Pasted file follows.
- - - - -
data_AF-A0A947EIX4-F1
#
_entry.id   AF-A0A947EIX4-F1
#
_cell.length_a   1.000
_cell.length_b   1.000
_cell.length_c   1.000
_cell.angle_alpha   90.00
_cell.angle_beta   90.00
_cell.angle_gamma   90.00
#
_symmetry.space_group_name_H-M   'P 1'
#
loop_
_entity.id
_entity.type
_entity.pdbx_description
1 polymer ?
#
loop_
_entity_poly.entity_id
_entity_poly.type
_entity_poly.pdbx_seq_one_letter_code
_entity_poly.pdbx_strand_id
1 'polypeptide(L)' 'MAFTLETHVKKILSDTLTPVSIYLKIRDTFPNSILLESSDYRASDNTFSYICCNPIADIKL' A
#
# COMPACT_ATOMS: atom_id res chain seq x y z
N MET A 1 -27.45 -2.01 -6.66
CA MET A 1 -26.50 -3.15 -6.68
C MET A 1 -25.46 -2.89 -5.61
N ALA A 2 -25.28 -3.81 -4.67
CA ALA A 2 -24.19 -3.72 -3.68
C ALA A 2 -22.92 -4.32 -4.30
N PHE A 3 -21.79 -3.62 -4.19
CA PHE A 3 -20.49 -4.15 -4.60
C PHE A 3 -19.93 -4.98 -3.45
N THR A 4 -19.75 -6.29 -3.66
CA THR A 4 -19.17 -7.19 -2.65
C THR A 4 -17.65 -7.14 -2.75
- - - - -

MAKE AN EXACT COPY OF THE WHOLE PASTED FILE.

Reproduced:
data_AF-A0A947EIX4-F1
#
_entry.id   AF-A0A947EIX4-F1
#
_cell.length_a   1.000
_cell.length_b   1.000
_cell.length_c   1.000
_cell.angle_alpha   90.00
_cell.angle_beta   90.00
_cell.angle_gamma   90.00
#
_symmetry.space_group_name_H-M   'P 1'
#
loop_
_entity.id
_entity.type
_entity.pdbx_description
1 polymer ?
#
loop_
_entity_poly.entity_id
_entity_poly.type
_entity_poly.pdbx_seq_one_letter_code
_entity_poly.pdbx_strand_id
1 'polypeptide(L)' 'MAFTLETHVKKILSDTLTPVSIYLKIRDTFPNSILLESSDYRASDNTFSYICCNPIADIKL' A
#
# COMPACT_ATOMS: atom_id res chain seq x y z
N MET A 1 -27.45 -2.01 -6.66
CA MET A 1 -26.50 -3.15 -6.68
C MET A 1 -25.46 -2.89 -5.61
N ALA A 2 -25.28 -3.81 -4.67
CA ALA A 2 -24.19 -3.72 -3.68
C ALA A 2 -22.92 -4.32 -4.30
N PHE A 3 -21.79 -3.62 -4.19
CA PHE A 3 -20.49 -4.15 -4.60
C PHE A 3 -19.93 -4.98 -3.45
N THR A 4 -19.75 -6.29 -3.66
CA THR A 4 -19.17 -7.19 -2.65
C THR A 4 -17.65 -7.14 -2.75